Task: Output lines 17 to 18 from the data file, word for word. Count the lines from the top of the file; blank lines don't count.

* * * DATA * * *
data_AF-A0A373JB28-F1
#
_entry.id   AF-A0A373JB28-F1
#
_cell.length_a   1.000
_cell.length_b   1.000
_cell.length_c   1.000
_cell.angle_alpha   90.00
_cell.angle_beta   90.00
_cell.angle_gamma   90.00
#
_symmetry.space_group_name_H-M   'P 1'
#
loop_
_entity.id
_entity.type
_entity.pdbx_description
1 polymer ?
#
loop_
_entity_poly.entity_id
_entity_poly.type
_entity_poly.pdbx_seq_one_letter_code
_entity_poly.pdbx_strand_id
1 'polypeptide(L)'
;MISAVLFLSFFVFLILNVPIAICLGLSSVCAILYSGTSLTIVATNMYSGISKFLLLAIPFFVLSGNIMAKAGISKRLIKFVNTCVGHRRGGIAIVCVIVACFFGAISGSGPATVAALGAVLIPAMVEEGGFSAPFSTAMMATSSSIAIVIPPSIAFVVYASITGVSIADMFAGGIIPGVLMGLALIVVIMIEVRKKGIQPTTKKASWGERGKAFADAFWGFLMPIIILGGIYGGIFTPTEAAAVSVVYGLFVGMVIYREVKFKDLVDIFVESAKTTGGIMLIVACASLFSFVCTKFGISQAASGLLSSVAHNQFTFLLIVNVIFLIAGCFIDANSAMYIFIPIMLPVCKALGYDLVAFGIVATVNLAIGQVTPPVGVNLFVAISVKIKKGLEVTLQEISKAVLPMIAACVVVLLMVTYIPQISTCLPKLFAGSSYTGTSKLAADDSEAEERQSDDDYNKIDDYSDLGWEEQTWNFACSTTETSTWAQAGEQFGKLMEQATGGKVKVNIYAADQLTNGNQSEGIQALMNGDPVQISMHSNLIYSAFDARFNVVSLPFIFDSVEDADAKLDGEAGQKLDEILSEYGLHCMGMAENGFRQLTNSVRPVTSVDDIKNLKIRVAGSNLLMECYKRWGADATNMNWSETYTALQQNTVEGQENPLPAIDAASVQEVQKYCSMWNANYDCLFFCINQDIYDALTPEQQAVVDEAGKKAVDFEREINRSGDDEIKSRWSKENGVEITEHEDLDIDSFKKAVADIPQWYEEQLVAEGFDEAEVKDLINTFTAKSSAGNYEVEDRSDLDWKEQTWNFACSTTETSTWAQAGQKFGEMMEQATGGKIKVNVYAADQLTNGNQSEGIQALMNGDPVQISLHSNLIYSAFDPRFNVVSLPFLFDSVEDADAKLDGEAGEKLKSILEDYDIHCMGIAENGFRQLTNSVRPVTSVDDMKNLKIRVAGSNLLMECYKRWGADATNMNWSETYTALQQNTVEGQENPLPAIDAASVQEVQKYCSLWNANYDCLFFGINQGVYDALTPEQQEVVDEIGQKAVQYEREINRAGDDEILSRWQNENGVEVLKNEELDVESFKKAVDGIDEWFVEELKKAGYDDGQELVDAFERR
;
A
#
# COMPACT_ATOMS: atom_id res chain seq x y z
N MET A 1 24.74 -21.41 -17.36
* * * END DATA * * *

_entity.pdbx_description
1 polymer ?